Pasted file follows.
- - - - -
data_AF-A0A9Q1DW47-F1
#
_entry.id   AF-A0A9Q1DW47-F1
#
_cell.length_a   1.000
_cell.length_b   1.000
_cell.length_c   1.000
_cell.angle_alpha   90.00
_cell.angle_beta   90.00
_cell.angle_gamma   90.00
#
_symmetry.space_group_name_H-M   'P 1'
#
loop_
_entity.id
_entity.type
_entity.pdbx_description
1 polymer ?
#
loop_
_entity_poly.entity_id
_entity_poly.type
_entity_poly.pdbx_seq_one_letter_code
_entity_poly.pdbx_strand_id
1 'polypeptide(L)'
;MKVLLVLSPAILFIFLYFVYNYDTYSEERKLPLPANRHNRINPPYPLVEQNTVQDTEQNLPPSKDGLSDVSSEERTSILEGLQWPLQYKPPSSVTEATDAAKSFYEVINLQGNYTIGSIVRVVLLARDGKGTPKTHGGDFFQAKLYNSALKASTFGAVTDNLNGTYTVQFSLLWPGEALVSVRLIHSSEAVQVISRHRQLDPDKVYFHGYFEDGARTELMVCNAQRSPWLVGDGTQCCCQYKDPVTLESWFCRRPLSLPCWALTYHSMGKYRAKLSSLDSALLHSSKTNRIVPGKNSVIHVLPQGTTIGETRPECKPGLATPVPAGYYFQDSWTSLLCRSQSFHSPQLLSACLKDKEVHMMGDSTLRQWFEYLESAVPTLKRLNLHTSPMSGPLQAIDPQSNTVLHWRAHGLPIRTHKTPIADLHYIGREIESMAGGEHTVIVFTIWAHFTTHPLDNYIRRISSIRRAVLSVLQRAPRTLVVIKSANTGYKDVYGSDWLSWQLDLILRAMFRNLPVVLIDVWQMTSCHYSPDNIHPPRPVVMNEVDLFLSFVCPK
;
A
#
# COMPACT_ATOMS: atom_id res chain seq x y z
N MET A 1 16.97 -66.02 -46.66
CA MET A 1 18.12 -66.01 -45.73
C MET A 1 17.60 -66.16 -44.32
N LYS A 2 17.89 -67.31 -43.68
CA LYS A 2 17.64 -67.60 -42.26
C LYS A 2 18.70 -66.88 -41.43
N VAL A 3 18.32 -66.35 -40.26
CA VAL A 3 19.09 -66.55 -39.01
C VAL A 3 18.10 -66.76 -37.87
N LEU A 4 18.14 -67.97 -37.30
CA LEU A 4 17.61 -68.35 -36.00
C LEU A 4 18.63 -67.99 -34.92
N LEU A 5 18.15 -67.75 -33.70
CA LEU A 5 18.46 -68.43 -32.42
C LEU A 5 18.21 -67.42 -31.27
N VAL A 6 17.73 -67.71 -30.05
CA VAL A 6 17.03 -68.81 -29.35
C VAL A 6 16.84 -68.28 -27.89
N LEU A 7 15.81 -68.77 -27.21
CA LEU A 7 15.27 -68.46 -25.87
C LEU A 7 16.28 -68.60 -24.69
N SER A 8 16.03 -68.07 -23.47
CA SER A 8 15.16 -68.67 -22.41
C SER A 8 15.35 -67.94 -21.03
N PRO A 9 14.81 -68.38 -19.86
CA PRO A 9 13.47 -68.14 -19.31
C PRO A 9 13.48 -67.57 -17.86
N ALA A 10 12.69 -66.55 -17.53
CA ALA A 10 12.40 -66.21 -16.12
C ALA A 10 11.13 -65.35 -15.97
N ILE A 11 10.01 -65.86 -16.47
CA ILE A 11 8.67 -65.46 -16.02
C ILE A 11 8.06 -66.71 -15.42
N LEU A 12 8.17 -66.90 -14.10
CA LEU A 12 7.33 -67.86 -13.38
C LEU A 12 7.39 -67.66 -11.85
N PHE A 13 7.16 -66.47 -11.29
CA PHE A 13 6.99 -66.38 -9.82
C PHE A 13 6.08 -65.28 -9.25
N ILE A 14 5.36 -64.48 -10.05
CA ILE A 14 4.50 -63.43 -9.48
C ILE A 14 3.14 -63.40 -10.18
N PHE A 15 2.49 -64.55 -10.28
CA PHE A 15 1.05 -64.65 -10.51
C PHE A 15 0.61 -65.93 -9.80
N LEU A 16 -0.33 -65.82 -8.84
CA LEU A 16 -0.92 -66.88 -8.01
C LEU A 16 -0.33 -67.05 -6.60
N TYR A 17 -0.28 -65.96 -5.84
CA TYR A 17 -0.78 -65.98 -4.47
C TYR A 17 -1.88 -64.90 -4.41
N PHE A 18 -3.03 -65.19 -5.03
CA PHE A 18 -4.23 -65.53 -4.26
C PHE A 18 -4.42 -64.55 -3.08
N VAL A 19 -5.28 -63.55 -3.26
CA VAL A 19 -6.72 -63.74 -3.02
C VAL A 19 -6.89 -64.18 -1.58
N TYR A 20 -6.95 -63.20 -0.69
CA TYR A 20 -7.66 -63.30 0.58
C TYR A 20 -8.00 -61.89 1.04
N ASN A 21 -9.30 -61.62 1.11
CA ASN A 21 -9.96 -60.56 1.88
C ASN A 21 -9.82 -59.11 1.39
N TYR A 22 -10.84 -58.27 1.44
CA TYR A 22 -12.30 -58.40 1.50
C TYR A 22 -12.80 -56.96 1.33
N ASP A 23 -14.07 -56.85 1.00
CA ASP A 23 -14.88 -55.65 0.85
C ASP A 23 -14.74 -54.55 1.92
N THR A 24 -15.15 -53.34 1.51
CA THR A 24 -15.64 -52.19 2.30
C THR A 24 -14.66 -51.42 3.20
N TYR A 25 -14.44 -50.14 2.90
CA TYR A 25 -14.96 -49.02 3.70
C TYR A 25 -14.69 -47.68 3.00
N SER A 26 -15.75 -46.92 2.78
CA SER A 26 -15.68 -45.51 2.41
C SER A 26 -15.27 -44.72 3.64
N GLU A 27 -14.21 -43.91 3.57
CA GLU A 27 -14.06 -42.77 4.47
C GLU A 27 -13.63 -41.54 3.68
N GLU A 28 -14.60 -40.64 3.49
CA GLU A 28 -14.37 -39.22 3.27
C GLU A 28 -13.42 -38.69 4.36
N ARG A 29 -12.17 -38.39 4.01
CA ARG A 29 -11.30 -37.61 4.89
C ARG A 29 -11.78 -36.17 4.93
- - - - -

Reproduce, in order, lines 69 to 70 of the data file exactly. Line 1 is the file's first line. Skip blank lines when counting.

C PHE A 13 6.08 -65.28 -9.25
N ILE A 14 5.36 -64.48 -10.05